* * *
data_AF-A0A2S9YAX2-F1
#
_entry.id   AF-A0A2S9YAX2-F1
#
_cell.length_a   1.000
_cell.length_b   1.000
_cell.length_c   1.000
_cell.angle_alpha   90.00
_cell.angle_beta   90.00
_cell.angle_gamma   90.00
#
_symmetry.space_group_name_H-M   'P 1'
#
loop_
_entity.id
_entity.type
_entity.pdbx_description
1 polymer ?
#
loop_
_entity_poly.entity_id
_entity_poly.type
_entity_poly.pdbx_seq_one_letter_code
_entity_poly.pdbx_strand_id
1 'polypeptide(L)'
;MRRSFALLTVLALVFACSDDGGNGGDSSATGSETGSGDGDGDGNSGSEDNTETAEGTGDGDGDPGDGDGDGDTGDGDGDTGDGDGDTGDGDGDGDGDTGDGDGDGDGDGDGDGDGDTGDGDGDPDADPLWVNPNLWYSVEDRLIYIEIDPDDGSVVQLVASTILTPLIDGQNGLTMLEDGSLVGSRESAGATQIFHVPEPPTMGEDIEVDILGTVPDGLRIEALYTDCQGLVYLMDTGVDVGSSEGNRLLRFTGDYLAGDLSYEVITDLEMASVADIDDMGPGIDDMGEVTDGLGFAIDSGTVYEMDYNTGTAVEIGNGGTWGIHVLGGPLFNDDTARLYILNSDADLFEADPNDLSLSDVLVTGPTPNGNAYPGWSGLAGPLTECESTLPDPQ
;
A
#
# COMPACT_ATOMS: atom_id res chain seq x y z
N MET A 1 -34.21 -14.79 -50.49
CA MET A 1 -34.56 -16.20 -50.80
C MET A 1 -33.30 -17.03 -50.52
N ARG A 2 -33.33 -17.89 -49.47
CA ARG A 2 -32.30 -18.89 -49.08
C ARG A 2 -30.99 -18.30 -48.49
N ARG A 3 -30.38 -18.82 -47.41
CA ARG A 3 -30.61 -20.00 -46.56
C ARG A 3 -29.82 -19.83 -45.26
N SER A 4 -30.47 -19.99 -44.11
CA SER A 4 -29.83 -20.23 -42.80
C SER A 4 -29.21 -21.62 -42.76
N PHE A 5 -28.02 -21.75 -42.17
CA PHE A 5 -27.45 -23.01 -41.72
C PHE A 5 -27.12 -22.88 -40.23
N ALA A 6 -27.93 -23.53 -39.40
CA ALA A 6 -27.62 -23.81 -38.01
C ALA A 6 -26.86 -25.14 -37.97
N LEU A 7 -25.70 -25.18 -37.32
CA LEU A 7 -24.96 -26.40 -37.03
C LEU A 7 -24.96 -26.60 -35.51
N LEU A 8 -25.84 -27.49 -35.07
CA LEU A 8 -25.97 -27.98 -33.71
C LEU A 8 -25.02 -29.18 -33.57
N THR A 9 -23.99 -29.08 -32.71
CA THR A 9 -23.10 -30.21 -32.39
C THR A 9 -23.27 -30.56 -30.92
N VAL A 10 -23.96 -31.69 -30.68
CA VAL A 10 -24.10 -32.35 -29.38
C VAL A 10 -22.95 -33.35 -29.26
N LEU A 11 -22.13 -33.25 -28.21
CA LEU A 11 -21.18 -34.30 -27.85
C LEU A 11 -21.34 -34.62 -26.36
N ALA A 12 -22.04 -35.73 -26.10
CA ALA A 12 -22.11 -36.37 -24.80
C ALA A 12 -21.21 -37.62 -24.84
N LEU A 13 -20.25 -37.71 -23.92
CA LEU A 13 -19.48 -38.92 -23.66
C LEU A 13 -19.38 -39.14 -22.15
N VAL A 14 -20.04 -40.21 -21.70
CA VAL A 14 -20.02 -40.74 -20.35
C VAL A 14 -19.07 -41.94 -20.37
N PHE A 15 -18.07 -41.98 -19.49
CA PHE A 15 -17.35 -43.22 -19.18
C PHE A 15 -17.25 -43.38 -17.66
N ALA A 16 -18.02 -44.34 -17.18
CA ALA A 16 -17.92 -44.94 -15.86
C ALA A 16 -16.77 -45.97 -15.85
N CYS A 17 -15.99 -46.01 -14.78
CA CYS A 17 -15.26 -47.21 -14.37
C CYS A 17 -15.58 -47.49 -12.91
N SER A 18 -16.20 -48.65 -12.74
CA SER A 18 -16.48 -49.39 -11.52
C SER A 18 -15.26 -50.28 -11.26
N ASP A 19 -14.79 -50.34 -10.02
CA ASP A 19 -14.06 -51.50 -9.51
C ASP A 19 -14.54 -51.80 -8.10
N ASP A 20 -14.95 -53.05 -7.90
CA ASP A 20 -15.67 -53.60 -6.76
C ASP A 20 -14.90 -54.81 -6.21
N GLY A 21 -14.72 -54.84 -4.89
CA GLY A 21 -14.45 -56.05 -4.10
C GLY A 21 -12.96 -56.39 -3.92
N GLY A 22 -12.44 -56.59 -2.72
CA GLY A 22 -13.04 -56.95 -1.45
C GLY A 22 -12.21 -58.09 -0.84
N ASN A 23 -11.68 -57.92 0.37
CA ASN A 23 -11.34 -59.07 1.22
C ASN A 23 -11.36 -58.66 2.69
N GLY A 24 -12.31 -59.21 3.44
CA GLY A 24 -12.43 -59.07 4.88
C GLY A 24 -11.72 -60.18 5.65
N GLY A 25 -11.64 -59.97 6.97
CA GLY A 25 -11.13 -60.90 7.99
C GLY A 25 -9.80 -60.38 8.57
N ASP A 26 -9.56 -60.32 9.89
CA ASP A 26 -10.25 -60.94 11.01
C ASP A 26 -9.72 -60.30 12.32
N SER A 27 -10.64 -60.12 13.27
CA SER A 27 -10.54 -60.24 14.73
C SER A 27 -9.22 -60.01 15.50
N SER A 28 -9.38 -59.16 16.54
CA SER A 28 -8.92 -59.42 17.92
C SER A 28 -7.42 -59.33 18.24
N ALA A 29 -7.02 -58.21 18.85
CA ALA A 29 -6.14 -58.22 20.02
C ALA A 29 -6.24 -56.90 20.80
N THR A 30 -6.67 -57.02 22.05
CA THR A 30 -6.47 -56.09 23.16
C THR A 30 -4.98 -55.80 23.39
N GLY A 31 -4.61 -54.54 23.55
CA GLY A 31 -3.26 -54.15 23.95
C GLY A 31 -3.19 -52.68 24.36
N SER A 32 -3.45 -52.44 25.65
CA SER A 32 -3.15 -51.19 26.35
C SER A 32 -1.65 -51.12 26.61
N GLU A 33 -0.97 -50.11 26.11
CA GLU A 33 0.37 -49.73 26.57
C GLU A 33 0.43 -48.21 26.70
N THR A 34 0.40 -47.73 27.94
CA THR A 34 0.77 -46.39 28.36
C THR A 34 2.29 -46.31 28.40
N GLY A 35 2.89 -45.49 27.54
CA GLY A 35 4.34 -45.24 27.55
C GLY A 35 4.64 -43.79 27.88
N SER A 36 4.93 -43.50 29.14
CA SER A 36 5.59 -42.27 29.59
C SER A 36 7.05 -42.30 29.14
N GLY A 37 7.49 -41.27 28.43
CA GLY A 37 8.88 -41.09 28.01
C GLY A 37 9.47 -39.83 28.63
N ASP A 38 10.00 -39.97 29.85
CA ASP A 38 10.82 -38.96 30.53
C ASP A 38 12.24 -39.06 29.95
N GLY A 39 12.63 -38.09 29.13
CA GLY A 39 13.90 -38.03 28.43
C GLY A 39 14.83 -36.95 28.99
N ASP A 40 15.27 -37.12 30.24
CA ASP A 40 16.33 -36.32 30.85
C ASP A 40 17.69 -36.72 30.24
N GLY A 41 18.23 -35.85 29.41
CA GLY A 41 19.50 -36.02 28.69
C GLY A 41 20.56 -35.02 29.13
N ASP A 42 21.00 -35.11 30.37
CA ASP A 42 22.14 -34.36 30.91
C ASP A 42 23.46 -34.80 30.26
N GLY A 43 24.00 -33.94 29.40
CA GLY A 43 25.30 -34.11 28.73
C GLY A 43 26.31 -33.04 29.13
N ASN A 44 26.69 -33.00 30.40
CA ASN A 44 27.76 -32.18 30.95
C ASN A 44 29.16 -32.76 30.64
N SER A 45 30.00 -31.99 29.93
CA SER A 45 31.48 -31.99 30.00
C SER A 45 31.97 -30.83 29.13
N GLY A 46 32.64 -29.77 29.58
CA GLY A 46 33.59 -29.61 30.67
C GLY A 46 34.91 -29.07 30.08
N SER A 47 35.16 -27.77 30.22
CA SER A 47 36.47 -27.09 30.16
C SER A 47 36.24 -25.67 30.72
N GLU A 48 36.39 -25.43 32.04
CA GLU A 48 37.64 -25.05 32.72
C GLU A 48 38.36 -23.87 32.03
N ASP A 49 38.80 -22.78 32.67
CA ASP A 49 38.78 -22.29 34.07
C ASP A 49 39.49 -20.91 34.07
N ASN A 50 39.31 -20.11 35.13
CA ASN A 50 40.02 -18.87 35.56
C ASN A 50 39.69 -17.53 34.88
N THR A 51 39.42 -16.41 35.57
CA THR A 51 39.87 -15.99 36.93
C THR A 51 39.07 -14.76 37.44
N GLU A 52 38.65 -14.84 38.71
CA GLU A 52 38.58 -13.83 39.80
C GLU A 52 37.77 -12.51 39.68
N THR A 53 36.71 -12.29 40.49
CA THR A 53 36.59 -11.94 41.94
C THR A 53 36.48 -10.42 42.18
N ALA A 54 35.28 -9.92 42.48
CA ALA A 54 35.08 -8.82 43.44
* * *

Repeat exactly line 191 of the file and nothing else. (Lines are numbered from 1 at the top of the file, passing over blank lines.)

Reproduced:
CA ALA A 54 35.08 -8.82 43.44